Tom's Book of Days
      June 21-30  

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June 21


The wheel of Mr. Ferris

LITHA: Litha is the Celtic celebration of the summer solstice. A portentous day for fairies and magic.

1893: The Ferris Wheel premieres at Chicago's Columbian Exposition, the famous celebration of nationalist pride and American know-how. It was conceived by Pittsburg Bridge-builder George Washington Ferris (who would die four years later at the age of 38) in an attempt to outdo the Eiffel Tower (always this competition with the French!). It held 2,160 passengers in 36 cars, a load of about 150 tons. In place of rigid spokes Ferris employed taut cables to hold together the wheel. Its 45-foot axle was the largest piece of forged steel in the world. Ferris had prevailed over skeptical fair engineers who felt that the wheel could not sustain its weight and would fall over in the wind, but before the fair was over it would withstand a hurricane. The image at left is a postcard of the original Wheel.

1921: Judith Tuvim (Judy Holliday) is born in New York City. This story appears in the Daily Bleed (where the original source is not acknowledged):

In the early 1950s, Holliday is called before the Senate Internal Security Subcommittee for associating with suspected communists. Realizing the public confuses her with her film persona, Holliday put on a show for the committee, leading her questioners in circles of illogic and forgetfulness. Convinced she really is an idiot, the committee let her go without getting a single piece of usable information--and never realizing they were victims of a masterful joke.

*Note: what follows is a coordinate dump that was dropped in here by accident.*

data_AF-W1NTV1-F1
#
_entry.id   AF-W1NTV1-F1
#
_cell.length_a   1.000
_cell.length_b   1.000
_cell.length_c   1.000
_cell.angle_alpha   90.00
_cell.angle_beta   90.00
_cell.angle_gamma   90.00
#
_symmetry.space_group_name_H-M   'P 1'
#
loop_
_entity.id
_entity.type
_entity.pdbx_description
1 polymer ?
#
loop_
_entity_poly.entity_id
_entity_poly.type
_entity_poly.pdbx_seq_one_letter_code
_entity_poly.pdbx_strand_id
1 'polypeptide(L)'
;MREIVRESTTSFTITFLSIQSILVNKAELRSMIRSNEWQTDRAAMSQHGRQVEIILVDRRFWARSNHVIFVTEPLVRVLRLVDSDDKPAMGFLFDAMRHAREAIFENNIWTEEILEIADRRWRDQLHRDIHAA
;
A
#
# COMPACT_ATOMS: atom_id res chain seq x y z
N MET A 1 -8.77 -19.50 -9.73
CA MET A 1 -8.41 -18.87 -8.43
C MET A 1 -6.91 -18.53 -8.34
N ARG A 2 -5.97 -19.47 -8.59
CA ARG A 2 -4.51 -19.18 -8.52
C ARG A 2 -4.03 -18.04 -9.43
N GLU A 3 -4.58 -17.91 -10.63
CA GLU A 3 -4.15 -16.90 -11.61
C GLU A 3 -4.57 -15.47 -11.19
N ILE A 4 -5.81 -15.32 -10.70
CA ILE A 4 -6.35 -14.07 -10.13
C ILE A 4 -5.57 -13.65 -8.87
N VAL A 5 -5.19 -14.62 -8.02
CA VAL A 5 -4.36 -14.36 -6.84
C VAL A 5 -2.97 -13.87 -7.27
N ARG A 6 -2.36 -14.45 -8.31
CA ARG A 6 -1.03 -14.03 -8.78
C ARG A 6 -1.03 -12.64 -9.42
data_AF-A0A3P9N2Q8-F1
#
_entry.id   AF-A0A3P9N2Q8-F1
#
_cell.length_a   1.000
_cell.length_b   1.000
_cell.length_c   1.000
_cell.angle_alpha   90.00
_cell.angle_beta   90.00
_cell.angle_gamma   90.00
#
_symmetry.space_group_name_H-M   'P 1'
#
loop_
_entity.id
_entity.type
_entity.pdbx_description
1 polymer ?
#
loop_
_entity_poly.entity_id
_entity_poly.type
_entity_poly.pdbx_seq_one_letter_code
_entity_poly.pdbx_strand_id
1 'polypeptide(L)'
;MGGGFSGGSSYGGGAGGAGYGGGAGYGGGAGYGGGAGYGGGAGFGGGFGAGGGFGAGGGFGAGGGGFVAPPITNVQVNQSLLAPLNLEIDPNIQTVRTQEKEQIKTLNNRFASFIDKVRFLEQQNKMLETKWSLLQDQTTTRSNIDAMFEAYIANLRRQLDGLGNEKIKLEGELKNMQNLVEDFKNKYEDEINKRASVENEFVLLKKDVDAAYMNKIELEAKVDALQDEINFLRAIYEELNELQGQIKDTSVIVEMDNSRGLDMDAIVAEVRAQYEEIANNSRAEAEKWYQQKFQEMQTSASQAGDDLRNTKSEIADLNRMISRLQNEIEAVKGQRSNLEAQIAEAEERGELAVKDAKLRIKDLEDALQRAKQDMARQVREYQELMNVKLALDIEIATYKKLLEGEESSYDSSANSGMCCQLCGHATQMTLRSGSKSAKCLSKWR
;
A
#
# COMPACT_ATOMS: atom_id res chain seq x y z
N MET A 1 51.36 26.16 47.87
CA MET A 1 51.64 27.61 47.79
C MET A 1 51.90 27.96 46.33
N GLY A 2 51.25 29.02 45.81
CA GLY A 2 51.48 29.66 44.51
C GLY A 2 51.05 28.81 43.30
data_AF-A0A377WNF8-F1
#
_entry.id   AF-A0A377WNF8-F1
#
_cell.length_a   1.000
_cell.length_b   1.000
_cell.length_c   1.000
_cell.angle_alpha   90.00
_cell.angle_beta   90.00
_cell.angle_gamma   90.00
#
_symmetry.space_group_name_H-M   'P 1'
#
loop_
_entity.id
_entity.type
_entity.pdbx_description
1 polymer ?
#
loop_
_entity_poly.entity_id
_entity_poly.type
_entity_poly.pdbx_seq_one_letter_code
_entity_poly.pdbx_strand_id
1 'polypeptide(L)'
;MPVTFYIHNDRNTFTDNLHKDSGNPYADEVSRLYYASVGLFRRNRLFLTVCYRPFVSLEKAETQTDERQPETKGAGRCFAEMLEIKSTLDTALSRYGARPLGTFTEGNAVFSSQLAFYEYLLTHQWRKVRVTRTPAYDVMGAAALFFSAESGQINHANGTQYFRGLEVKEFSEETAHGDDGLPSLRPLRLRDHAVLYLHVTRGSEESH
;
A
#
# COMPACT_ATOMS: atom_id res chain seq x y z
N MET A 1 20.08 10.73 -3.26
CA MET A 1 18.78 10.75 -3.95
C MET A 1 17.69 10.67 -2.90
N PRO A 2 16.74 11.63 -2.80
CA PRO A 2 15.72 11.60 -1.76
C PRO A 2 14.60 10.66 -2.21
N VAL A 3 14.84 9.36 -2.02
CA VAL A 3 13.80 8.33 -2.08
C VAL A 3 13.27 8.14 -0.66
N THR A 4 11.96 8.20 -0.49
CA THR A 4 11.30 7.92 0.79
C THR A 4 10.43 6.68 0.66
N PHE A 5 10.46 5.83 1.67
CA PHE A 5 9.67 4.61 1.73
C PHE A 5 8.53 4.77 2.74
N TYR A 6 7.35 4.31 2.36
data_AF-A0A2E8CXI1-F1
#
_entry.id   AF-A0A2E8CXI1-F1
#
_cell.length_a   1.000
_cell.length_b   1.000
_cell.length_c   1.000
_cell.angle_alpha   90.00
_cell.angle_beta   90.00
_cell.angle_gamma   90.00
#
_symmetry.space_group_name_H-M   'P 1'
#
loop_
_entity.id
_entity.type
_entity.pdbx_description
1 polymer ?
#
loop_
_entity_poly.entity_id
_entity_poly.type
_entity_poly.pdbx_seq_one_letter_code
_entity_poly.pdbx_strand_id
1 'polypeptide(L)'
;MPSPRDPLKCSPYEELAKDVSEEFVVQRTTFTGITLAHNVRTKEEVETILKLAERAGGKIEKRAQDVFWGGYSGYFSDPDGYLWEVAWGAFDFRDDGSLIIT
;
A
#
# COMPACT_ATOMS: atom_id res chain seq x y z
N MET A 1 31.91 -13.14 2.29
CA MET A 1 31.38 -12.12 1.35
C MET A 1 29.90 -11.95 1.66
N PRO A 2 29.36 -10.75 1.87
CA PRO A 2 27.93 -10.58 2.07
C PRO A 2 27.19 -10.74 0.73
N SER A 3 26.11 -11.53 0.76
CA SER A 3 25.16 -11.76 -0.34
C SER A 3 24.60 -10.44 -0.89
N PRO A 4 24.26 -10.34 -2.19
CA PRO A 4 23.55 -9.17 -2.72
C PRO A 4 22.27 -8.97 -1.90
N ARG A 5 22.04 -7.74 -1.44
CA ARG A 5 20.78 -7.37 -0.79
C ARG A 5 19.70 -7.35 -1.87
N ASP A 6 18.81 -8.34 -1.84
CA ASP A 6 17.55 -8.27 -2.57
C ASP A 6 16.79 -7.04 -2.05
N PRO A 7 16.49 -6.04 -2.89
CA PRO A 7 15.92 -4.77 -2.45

1967: An estimated 30-50,000 people attend a solstice party in Golden Gate Park.


June 22


René Crevel

1633: Galileo Galilei is compelled by the Inquisition to recant his works subscribing to the Copernican theory that the earth moves around the sun. At the end of his life, he is reported to have murmured, E pur si muove ("But it does move").

1935: René Crevel kills himself. We published his Bablyon and Difficult Death at North Point Press.

1972: A fine quote appears on the Watergate tapes:

Haldeman: ... the great thing about it is that the whole thing is so totally fucked up so badly done that nobody believes ...
Nixon: ... that we could have done it.
Haldeman: That's right. It's beyond comprehension ...


June 23


1626: A large Codfish, split open at a Cambridge market, is found to contain a copy of a book of religious treatises by John Frith.